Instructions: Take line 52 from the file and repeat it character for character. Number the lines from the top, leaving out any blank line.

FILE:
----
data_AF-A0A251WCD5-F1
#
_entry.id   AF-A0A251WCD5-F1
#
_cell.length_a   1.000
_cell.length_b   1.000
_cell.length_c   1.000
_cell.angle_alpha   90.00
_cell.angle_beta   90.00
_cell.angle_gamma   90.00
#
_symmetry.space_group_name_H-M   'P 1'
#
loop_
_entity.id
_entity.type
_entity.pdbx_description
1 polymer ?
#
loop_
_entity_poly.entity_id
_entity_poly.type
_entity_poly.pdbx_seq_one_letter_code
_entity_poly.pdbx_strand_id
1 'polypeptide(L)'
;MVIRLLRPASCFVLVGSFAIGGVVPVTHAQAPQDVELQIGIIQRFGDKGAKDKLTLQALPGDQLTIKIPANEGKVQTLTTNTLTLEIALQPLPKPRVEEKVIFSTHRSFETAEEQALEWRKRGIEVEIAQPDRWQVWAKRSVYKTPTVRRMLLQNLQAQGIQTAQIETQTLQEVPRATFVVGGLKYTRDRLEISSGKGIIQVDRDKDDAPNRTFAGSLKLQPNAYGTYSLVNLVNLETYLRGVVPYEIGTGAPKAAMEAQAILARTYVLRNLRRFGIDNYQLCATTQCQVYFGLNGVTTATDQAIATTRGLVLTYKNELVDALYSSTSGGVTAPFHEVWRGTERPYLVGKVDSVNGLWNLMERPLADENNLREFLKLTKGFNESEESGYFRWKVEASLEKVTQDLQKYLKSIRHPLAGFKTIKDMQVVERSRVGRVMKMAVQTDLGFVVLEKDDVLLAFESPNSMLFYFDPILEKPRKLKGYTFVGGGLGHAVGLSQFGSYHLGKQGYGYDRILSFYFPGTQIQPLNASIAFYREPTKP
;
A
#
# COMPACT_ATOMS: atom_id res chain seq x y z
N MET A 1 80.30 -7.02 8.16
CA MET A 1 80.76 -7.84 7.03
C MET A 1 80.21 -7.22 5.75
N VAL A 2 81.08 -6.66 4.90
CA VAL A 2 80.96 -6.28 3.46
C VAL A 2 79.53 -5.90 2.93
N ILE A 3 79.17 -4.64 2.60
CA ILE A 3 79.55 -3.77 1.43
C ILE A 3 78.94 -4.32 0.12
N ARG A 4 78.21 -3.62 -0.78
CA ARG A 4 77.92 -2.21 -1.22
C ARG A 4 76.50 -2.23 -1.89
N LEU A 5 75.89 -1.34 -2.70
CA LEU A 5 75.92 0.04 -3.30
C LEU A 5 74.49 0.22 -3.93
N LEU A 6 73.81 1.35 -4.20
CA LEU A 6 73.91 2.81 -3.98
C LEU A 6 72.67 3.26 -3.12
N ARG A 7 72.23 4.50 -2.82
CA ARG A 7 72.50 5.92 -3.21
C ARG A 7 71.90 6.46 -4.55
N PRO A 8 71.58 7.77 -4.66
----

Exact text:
N PRO A 8 71.58 7.77 -4.66